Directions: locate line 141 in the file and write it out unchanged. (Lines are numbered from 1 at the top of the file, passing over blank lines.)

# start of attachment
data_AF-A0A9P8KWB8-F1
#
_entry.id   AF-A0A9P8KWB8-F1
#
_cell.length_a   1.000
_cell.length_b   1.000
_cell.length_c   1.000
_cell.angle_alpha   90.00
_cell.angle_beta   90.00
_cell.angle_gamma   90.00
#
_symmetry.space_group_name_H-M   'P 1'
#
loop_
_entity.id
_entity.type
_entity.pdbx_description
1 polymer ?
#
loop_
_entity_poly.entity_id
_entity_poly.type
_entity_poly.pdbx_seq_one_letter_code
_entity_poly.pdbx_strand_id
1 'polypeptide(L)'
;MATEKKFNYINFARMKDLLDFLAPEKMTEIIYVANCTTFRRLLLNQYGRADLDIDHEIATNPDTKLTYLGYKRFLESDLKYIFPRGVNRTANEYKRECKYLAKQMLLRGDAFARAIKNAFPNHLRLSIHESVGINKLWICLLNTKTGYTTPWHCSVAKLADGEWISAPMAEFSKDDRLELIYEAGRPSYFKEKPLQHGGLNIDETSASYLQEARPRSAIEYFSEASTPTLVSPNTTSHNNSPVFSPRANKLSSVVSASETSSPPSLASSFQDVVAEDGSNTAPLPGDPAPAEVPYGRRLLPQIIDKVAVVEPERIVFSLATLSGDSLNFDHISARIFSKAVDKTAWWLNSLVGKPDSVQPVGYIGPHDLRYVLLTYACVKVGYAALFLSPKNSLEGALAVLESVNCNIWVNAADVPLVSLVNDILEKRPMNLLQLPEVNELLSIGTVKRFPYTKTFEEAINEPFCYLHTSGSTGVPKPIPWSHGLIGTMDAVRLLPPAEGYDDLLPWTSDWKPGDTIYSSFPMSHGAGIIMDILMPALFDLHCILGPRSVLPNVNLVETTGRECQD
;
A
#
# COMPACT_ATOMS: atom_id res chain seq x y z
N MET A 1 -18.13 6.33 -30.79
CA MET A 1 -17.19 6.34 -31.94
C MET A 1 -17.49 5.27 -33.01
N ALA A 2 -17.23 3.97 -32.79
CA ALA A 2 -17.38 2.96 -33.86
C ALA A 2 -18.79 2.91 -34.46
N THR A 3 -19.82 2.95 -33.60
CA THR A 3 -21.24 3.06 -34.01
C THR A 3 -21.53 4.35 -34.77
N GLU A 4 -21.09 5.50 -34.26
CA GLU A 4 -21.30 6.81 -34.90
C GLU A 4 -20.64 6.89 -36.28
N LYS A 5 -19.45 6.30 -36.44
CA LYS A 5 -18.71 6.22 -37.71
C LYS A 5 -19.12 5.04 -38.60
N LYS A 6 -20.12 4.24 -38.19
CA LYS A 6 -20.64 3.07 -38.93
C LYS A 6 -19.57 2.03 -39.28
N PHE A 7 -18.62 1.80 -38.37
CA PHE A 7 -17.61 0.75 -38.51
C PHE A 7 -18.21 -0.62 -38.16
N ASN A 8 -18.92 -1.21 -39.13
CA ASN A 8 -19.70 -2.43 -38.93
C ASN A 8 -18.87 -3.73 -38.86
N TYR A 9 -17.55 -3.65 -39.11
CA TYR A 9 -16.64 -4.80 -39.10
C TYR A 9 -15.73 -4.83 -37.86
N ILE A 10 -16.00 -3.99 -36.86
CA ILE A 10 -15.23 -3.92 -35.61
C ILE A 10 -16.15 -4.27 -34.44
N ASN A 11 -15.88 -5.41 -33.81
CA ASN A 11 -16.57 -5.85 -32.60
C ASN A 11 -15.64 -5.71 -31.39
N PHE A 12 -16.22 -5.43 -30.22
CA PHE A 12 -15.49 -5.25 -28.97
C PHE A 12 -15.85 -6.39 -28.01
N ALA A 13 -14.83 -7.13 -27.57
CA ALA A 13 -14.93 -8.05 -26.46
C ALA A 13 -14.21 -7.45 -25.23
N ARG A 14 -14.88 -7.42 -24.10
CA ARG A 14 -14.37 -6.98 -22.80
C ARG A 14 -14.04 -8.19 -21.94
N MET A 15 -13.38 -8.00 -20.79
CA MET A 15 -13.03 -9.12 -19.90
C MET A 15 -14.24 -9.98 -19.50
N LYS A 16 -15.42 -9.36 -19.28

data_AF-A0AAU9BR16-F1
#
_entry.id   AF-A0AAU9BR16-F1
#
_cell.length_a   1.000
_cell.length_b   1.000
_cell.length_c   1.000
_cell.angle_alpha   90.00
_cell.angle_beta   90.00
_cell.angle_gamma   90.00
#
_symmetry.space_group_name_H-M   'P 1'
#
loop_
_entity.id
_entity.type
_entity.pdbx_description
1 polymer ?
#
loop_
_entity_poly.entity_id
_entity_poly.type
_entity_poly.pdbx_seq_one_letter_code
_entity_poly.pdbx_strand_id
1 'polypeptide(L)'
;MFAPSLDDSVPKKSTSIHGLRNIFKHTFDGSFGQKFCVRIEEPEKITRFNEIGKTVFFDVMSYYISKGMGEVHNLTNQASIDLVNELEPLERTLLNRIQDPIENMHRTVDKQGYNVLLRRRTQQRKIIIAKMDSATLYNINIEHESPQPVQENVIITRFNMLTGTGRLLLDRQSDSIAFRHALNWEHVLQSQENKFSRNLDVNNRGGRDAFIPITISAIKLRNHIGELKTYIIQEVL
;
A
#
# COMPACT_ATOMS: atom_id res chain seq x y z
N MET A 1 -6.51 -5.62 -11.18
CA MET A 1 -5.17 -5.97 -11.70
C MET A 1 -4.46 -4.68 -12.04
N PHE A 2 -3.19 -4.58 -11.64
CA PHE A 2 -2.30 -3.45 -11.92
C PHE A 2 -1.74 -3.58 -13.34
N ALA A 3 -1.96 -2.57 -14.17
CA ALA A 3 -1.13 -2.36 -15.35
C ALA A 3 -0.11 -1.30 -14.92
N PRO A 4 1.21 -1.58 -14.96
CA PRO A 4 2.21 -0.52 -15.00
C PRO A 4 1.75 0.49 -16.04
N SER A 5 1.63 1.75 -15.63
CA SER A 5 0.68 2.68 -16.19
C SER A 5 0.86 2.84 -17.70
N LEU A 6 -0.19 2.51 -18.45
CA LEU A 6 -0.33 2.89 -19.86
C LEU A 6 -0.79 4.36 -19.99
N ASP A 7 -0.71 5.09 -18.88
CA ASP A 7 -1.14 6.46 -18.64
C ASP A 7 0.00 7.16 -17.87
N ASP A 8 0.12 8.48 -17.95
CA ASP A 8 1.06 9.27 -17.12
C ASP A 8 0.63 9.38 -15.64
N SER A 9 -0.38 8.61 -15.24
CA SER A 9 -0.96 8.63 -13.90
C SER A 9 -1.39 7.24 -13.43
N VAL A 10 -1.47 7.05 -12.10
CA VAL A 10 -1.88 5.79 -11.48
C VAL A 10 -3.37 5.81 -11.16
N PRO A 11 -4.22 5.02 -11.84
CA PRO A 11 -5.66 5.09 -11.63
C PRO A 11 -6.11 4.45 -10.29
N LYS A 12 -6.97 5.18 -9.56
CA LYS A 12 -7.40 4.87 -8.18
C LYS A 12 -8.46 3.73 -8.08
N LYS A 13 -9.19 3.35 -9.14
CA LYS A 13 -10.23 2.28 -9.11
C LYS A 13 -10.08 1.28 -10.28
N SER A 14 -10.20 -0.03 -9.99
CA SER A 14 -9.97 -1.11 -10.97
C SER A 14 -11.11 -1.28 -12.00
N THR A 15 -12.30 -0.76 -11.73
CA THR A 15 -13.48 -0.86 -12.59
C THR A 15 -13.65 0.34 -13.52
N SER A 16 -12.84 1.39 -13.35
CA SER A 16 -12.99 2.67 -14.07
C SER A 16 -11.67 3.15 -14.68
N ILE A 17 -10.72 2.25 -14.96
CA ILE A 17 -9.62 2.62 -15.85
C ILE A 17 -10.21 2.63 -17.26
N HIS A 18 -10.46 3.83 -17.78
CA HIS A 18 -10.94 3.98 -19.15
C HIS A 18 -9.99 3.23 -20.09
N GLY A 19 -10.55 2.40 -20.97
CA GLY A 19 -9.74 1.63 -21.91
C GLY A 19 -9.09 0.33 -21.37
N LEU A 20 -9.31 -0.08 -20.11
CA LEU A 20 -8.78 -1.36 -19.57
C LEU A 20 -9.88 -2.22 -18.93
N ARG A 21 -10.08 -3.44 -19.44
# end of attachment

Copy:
CA LYS A 12 -7.40 4.87 -8.18